China's bat caves may hold COVID clues

In the search for clues to the origins of COVID-19, China’s bat caves need exploring to trace genetic elements of the virus.

That’s the recommendation from a member of the World Health Organization-led team investigating the virus in the Chinese city of Wuhan.

Peter Daszak, a zoologist and animal disease expert, said the team in Wuhan had been receiving new information about how the virus led to a pandemic.

He said there was no evidence to suggest it emerged from a lab.

But they were examining the potential link to bats.

"How did the virus get from bats in some of other part in China or Southeast Asia into Wuhan, and that's the real work we are doing here. We're trying to chase back from the first cases back to an animal reservoir, and that's a much more convoluted path, and that may have happened over a period of, you know, a number of months or even years. So it is a process."

"That sort of work, to find the bat, the likely bat source is important because if you can find the sources of these lethal viruses, then you can reduce the contact with those animals, and reduce the behaviors that put us at risk, and prevent pandemics."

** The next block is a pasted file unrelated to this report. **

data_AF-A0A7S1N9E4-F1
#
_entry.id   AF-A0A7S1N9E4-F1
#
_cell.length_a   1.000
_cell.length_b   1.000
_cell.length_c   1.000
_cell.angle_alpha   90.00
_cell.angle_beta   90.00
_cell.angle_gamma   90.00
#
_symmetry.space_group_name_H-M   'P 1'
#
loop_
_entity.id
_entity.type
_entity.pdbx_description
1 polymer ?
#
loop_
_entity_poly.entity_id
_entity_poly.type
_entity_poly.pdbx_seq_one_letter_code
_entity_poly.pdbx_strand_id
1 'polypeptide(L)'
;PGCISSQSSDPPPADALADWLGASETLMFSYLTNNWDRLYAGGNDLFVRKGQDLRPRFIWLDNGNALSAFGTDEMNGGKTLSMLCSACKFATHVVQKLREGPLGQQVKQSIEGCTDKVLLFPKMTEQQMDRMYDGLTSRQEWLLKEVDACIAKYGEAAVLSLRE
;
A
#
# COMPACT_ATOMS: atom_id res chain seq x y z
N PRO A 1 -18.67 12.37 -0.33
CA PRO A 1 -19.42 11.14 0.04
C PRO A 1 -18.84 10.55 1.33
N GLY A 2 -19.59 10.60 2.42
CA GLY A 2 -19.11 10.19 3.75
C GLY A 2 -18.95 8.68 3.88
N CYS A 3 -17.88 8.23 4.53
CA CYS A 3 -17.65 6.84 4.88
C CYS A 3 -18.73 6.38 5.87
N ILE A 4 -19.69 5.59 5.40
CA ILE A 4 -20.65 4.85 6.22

One scenario being scrutinized more closely by the team is the possibility that the virus could have been circulating long before it was first identified in Wuhan at the end of 2019.

The investigators have so far visited hospitals, research facilities and the seafood market where the first outbreak was identified.

Video Transcript

- In the search for clues to the origins of COVID-19, China's bat caves need exploring to chase genetic elements of the virus. That's the recommendation from a member of the World Health Organization-led team investigating the virus in the Chinese city of Wuhan. Peter Daszak, a zoologist and animal disease expert, said the team in Wuhan had been receiving new information about how the virus led to a pandemic. He said there was no evidence to suggest it emerged from a lab, but they were examining the potential link to bats.

PETER DASZAK: How did the virus get from bats in some part of China or Southeast Asia into Wuhan? And that's the real work that we're doing here. We're trying to trace back from the first cases back to an animal reservoir. And that's a much more convoluted path. And that may have happened over a period of a number of months or even years. So it is a process. That sort of work, to find the bat, the likely bat source is important because if you can find the sources of these lethal viruses, then you can reduce the contact with those animals and reduce the behaviors that put us at risk and prevent pandemics.

- One scenario being scrutinized more closely by the team is the possibility that the virus could have been circulating long before it was first identified in Wuhan at the end of 2019. The investigators have so far visited hospitals, research facilities, and the seafood market where the first outbreak was identified.